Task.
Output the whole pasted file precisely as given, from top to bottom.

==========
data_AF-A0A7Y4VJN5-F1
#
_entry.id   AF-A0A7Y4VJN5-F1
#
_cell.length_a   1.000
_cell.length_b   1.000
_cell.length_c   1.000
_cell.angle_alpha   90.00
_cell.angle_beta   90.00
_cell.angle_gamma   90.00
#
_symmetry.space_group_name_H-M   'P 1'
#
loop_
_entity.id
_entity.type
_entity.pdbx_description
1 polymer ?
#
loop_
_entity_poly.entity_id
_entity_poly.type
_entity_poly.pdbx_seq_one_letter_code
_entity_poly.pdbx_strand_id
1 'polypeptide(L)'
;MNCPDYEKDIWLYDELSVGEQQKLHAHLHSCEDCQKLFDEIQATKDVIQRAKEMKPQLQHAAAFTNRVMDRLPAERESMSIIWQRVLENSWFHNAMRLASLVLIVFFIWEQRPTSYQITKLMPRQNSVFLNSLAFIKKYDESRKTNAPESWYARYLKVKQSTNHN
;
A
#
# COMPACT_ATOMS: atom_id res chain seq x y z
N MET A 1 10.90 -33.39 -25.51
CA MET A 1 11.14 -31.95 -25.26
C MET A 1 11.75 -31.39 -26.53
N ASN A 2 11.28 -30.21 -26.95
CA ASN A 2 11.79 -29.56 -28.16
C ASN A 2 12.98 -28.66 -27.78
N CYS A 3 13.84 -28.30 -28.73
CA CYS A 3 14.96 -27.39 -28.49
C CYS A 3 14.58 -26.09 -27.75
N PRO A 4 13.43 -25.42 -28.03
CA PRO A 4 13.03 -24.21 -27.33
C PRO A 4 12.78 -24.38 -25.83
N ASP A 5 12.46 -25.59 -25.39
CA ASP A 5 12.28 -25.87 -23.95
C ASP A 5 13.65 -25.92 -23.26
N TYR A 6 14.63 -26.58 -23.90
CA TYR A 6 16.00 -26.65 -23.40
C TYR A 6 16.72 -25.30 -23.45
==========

data_AF-A0A7Y4VJN5-F1
#
_entry.id   AF-A0A7Y4VJN5-F1
#
_cell.length_a   1.000
_cell.length_b   1.000
_cell.length_c   1.000
_cell.angle_alpha   90.00
_cell.angle_beta   90.00
_cell.angle_gamma   90.00
#
_symmetry.space_group_name_H-M   'P 1'
#
loop_
_entity.id
_entity.type
_entity.pdbx_description
1 polymer ?
#
loop_
_entity_poly.entity_id
_entity_poly.type
_entity_poly.pdbx_seq_one_letter_code
_entity_poly.pdbx_strand_id
1 'polypeptide(L)'
;MNCPDYEKDIWLYDELSVGEQQKLHAHLHSCEDCQKLFDEIQATKDVIQRAKEMKPQLQHAAAFTNRVMDRLPAERESMSIIWQRVLENSWFHNAMRLASLVLIVFFIWEQRPTSYQITKLMPRQNSVFLNSLAFIKKYDESRKTNAPESWYARYLKVKQSTNHN
;
A
#
# COMPACT_ATOMS: atom_id res chain seq x y z
N MET A 1 10.90 -33.39 -25.51
CA MET A 1 11.14 -31.95 -25.26
C MET A 1 11.75 -31.39 -26.53
N ASN A 2 11.28 -30.21 -26.95
CA ASN A 2 11.79 -29.56 -28.16
C ASN A 2 12.98 -28.66 -27.78
N CYS A 3 13.84 -28.30 -28.73
CA CYS A 3 14.96 -27.39 -28.49
C CYS A 3 14.58 -26.09 -27.75
N PRO A 4 13.43 -25.42 -28.03
CA PRO A 4 13.03 -24.21 -27.33
C PRO A 4 12.78 -24.38 -25.83
N ASP A 5 12.46 -25.59 -25.39
CA ASP A 5 12.28 -25.87 -23.95
C ASP A 5 13.65 -25.92 -23.26
N TYR A 6 14.63 -26.58 -23.90
CA TYR A 6 16.00 -26.65 -23.40
C TYR A 6 16.72 -25.30 -23.45